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+P and +P+ Headstamps

Discussion in 'Shooting Related Threads' started by Recoil Sissy, Nov 6, 2012.

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  1. Recoil Sissy

    Recoil Sissy Well-Known Member

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    Are the headstamps of all factory +P and +P+ ammunition marked with that specific designation?

    Asked a different way, is there any such a thing as a factory +P or +P+ round that ISN'T so marked?

    sissy
     
  2. CalvinMD

    CalvinMD Well-Known Member

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    Not that I've seen anywhere near all that could be ...but in calibers I use that have such power levels they are all marked...I'm sure they are because if somebody used unmarked heavy loads in a weak old gun it would be a lawsuit waiting to happen
     
  3. Brian in Oregon

    Brian in Oregon Well-Known Member

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    Deplorable Bitter Clinger in Liberal La La Land
    A little history on the subject...

    During the 1920s law enforcement wanted more power than the regular .38 Special, but did not want to step up to .44 Specials or .45 Colts.

    S&W responded by working with ammunition companies to increase the working pressure of the .38 Special. These loads were forerunners of what became the .357 Magnum, but the case length was still the same as the .38 Special.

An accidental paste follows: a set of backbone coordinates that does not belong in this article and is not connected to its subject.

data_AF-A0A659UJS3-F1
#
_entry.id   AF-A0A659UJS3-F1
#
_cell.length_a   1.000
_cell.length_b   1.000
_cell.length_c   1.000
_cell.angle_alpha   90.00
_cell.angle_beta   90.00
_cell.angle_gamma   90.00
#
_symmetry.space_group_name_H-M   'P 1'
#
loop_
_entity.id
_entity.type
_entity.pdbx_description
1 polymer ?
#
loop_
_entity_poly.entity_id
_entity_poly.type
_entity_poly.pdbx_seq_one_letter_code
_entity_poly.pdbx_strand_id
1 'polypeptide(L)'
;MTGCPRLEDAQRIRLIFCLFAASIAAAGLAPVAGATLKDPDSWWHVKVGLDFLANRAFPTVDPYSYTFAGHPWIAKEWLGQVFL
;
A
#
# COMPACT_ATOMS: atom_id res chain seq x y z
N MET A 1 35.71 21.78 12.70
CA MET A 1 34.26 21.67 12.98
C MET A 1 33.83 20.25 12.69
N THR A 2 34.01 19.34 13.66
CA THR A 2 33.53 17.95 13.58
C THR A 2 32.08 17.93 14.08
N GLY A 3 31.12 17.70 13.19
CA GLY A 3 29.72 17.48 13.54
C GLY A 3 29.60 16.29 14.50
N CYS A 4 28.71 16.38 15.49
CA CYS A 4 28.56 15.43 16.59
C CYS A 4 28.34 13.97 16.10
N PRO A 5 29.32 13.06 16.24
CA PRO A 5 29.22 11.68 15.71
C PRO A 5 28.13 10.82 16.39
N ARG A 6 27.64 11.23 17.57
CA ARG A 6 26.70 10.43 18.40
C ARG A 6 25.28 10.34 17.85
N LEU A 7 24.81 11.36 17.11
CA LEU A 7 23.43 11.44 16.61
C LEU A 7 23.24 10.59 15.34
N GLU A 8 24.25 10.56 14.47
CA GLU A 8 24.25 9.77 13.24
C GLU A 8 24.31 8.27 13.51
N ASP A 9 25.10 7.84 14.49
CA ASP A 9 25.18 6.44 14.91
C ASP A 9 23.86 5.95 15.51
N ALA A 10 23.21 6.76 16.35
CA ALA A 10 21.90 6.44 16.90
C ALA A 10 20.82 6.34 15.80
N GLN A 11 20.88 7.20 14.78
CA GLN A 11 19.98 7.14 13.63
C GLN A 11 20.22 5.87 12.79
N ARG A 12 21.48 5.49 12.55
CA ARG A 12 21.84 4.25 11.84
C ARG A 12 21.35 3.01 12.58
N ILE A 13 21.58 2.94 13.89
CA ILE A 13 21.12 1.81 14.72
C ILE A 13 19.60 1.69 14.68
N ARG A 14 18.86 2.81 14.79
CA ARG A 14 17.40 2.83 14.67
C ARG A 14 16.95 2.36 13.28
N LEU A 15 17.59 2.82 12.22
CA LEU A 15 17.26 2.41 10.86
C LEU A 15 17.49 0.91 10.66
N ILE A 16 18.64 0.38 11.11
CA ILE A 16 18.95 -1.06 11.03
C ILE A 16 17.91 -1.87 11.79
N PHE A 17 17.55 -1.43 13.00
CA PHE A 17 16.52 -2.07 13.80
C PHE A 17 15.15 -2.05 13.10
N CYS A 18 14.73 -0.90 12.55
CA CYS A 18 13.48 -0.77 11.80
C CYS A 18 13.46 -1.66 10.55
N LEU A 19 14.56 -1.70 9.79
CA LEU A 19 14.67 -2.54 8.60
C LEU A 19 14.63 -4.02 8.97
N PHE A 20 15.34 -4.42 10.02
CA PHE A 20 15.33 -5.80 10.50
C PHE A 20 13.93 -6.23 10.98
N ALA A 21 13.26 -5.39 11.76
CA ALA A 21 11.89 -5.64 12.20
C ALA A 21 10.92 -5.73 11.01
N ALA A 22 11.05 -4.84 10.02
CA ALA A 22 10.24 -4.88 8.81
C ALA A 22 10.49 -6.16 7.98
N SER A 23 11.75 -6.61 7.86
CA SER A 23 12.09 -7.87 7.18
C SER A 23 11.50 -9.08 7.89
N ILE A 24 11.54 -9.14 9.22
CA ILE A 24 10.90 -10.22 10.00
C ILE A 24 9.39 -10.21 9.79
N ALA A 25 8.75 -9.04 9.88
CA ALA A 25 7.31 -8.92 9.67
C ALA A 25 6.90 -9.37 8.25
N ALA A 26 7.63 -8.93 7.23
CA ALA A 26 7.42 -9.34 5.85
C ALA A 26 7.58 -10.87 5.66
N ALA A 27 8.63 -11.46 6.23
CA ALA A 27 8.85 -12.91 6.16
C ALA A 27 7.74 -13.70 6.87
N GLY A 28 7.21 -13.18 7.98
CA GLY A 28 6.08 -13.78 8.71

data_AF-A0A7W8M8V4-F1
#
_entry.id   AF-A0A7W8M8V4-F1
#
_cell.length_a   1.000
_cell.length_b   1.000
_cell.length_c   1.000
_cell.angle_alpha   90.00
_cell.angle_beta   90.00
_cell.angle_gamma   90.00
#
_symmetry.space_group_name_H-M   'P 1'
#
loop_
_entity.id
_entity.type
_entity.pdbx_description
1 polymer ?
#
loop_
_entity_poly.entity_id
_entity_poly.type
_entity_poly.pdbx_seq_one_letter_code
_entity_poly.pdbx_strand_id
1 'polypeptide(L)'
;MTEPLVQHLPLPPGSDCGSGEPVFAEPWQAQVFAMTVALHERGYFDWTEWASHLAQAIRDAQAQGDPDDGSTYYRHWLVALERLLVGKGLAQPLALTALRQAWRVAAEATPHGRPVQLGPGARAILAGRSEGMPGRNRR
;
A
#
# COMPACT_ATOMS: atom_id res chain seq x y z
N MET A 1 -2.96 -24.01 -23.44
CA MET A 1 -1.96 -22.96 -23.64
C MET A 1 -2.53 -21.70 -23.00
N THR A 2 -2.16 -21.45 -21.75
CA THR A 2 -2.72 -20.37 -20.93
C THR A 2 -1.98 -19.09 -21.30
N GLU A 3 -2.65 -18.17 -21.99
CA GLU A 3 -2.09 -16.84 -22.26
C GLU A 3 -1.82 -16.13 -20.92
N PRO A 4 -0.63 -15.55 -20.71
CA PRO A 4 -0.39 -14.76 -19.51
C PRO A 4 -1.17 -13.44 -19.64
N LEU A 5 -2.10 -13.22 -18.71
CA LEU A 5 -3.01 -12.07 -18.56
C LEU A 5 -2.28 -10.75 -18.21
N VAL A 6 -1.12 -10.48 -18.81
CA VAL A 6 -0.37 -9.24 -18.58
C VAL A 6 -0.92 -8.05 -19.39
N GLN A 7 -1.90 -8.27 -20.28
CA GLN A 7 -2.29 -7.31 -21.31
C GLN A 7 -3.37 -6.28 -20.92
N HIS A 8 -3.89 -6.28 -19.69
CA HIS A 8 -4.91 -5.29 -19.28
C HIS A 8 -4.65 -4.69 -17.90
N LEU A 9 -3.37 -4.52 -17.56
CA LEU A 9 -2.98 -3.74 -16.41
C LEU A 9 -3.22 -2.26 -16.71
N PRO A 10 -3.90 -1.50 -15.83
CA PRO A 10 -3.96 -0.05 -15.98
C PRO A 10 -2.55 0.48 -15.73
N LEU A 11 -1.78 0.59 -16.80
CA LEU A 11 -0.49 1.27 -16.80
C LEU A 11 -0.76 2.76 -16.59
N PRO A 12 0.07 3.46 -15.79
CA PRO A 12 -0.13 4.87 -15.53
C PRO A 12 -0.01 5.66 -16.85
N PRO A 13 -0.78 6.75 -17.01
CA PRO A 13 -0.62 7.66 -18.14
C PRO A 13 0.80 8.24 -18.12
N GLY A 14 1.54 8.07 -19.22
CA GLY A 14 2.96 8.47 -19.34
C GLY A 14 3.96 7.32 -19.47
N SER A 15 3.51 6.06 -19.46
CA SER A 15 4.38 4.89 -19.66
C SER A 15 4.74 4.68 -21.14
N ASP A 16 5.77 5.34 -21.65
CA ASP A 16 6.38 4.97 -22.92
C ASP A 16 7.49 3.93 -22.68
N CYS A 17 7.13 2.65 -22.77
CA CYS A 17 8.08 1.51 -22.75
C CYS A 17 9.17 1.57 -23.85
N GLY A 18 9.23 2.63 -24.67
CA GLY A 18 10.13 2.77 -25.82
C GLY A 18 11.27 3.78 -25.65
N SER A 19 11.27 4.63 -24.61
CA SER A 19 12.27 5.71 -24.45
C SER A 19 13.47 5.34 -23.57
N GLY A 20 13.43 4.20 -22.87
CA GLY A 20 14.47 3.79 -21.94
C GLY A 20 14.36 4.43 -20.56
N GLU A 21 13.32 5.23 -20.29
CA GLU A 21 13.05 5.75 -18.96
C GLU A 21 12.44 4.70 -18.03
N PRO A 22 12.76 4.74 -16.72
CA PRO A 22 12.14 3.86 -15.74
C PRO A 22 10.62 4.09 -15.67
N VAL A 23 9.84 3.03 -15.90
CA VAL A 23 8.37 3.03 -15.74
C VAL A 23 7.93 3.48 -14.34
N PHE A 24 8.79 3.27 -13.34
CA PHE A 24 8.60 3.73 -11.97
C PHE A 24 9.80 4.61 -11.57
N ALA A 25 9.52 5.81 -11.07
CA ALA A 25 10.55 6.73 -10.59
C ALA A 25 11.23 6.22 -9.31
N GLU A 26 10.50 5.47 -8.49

To differentiate these higher pressure loads from regular .38 Specials, the new load was called the .38/44. This was to denote that this load was not to be shot in any .38 Special gun other than those built on the .44 frame (N frame).

    In 1930, S&W started making the .38/44 Heavy Duty. This was a fixed sight N frame revolver that looked like a .38 Military & Police on steroids. Most made were 4" but some 5" were also made.

    In 1931 S&W brought out a target version called the .38/44 Outdoorsman.

    The best solution was the .357 Magnum, which S&W introduced in 1935.

    The .38/44 was continued and eventually the Heavy Duty became known as the Model 20.

    So when the .38 Special +P was introduced, it was a similar concept. How to put more power into the .38 Special. However, the load was still less powerful than the .38/44, because it was designed to be fired in frames smaller than N.

    Going back even further, about a century ago Winchester started making WHV rifle loads. This stood for Winchester High Velocity. A classic example is the .32-20 WCF, which was loaded in a smokeless version that duplicated the old blackpowder load, and a higher pressure version with much increased velocity, hence the name.

    The problem is that even though the cases were marked .32-20 WHV people were putting them into cheap weak single shot rifles or into their .32-20 S&W revolvers. This was way too much pressure for what was basically a K frame of the day, and most old .32-20 S&Ws are simply beat to death. Modern steel now gives us the ability to have K and J frames chambered for .357, .32 H&R Magnum, and .327 Magnum. I wish S&W had made a modern 32-20 because it would be an ideal companion to a .32-20 lever gun.
     
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